916 views
Consider a relation examinee (regno, name, score), where regno is the primary key to score is a real number.

Write a relational algebra using $( \Pi, \sigma, \rho, \times)$ to find the list of names which appear more than once in examinee.
edited | 916 views
0
Can anyone please post SQL query for this?
+1

equivalent SQL query :-

select e1.name

from examine e1

where exist ( select *

from examine e2

where e1.regno ≠ e2.regno and e1.name = e2.name );
0
Thank you

$\pi_{\text{exm1.name}}(σ_{(\text{exm1.regno} \neq \text{examinee.regno}) \wedge (\text{emp1.name} = \text{emp2.name}) })(ρ _{\text{exm1}}(\text{examinee}) \times \text{examinee})$
answered by Loyal (10k points)
edited by
+3
Isn't the 2nd answer opposite to what the question is asking?
0
Those who are looking a query 1 with a :O face, the conditions are written for cross product beneath the 'X' symbol that is not a separate line. Also please someone confirms if 'σ" is needed there while writing conditions, I don't think so that it was needed.

Instead of the cross product, we can use condition join with same conditions.
+3
IN clause in oracle has a limit of maximum 1000 values that can be compared at a time.

In that case, query using natural join can help
0
We also can write it as

Select name from Examinee where not exists (Select distinct name from Examinee);
0
What is emp2 ?

It should be examinee.name
+1 vote

1) $\Pi_{name}\left ( \sigma _{count(cnt)>1}\left ( _{name}g_{count(regno)\ as \ cnt}\left ( examinee \right ) \right ) \right )$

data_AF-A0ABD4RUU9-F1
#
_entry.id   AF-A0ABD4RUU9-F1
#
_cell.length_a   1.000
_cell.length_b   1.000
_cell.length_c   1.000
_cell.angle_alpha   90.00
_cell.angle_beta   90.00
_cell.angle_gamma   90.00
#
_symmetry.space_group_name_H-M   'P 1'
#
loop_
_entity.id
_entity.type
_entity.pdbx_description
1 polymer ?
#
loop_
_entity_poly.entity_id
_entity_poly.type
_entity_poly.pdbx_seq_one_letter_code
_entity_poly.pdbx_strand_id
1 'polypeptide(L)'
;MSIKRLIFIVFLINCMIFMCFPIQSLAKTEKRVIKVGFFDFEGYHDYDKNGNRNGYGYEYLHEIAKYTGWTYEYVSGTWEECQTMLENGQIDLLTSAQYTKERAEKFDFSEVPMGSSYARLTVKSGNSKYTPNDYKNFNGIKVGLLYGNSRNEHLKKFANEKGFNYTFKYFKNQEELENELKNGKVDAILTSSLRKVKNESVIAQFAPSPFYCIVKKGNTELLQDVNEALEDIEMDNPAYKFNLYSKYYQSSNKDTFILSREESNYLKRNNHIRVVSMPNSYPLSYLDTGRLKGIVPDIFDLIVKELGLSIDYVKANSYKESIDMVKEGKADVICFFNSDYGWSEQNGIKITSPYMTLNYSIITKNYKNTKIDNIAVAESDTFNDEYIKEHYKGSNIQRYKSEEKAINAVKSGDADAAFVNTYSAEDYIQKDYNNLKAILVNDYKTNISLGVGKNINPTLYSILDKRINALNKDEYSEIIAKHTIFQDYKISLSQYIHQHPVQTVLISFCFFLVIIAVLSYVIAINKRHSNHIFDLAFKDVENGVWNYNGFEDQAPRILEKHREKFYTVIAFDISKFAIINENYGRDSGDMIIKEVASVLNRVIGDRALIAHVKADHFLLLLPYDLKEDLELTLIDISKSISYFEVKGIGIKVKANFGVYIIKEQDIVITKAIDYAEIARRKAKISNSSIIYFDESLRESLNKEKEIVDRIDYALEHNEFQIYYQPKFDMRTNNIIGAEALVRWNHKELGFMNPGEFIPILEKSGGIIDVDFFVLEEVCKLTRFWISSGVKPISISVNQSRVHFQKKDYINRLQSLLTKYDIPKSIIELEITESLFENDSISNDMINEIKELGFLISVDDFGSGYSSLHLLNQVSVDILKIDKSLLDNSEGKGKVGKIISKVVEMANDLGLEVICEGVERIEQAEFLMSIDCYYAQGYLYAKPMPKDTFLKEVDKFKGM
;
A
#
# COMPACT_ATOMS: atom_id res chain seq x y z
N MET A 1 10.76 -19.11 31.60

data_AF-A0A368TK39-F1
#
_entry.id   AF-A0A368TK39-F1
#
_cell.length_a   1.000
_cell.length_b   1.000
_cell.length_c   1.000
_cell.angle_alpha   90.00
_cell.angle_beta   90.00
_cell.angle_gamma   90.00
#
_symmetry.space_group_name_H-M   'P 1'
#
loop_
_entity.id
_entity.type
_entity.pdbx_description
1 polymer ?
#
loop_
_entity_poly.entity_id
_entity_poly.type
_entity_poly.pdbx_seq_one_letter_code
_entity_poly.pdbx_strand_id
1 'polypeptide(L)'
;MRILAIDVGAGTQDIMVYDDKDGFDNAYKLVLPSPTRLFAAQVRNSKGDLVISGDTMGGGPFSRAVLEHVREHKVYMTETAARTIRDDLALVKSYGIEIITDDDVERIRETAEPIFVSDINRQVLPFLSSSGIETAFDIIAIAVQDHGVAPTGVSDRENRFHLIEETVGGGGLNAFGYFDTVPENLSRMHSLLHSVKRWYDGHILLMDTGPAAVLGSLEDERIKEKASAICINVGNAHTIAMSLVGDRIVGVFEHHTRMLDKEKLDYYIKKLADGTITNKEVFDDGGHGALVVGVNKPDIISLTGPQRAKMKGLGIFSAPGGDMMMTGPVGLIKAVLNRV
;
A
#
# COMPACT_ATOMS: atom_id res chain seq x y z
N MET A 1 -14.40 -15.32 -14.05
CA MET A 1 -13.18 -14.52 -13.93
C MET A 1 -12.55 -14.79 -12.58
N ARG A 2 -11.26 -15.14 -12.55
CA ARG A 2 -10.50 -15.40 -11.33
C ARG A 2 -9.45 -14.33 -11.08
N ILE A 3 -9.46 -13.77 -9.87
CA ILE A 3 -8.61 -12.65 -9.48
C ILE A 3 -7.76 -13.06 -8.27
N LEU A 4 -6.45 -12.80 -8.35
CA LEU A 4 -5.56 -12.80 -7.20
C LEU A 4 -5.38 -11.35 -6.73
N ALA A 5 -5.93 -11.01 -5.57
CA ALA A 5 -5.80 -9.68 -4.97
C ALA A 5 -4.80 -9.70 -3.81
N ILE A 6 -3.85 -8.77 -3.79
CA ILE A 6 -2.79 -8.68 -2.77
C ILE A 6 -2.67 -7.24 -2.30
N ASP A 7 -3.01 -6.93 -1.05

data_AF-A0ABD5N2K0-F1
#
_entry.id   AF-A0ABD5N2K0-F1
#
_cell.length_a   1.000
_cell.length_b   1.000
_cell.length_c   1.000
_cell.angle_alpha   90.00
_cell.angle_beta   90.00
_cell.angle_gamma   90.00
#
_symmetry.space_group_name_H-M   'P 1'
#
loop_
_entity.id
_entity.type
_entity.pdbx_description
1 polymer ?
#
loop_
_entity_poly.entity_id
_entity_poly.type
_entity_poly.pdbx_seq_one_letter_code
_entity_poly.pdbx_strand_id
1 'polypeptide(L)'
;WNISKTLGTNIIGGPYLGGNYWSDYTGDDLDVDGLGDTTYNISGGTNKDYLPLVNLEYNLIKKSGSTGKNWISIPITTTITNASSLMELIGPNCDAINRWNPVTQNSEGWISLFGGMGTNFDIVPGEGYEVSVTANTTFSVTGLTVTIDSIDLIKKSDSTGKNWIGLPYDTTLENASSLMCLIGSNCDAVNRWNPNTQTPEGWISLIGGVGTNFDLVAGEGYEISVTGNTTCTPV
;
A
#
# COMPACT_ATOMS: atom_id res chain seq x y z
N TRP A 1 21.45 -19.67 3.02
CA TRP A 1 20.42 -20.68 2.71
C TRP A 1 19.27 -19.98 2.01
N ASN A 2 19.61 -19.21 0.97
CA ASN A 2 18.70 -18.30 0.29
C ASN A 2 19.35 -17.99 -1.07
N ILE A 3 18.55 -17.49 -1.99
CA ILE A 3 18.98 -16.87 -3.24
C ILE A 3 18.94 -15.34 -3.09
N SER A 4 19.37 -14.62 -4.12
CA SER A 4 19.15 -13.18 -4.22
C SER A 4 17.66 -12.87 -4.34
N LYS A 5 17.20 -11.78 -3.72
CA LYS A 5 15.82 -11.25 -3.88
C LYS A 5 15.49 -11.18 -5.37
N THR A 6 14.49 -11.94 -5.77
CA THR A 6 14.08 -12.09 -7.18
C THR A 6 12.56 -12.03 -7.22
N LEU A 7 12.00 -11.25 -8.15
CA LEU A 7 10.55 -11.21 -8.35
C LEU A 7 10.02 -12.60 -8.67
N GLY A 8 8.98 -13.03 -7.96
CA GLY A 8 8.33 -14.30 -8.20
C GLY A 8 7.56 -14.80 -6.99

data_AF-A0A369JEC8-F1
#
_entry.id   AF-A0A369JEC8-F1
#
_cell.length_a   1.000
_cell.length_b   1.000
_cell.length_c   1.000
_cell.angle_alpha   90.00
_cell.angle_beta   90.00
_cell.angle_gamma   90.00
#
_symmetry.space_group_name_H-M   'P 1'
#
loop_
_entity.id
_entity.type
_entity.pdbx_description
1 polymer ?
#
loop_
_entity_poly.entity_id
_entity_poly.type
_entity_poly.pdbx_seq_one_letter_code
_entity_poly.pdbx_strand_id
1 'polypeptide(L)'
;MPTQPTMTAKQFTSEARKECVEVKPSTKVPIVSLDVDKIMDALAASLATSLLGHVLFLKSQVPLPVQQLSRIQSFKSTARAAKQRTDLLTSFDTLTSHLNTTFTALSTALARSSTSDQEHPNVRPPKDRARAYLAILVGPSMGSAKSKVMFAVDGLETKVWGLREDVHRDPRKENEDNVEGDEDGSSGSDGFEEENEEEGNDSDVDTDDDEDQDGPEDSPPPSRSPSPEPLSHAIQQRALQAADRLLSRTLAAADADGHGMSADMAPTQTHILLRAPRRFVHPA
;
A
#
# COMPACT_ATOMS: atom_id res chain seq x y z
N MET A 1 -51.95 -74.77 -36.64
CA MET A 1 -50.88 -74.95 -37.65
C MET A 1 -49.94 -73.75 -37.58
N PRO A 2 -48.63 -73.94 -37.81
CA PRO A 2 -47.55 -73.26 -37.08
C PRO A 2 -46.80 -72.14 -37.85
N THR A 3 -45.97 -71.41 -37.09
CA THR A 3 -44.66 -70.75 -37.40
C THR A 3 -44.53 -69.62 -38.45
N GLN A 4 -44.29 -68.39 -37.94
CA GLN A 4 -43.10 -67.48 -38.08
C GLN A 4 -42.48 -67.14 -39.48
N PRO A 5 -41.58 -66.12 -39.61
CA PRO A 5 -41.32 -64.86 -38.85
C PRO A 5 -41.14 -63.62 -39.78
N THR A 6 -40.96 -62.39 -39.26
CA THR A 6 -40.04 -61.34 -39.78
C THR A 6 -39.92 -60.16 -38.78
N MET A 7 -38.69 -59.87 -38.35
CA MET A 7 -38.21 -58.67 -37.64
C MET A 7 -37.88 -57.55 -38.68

2) $SELECT_{regno}FROM\;examinee\; HAVING\;(score>avg(score))$

$\Pi _{regno}\left ( \sigma _{score>avg(score)}\left ( examinee \right ) \right )$

3) $SELECT_{centr\_code}FROM\;examinee\;join\;appears WHERE\;(score>80)$

$\Pi _{center\_code}\left ( \sigma _{score>80}\left ( examinee\Join appears \right ) \right )$

answered by Active (3.3k points)
edited by
+4
you shouldn't use aggregate functions in where clause
0
you are right @Yashaswini. I accept it. I am changing it. and for other readers' concern in case you don't kno, i am just stating here that, "aggregate function can not be used with WHERE clause where it is a main query, let say outer query. We should use HAVING clause for it. but an interesting rule is, aggregate function can be used with WHERE clause if this WHERE belong to the sub-query or nested-query."
+2
Having can't be used without group by, this way in the second query.
0

I dont think so standard relational algebra allows aggregate functions.

0

2.

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–1 vote
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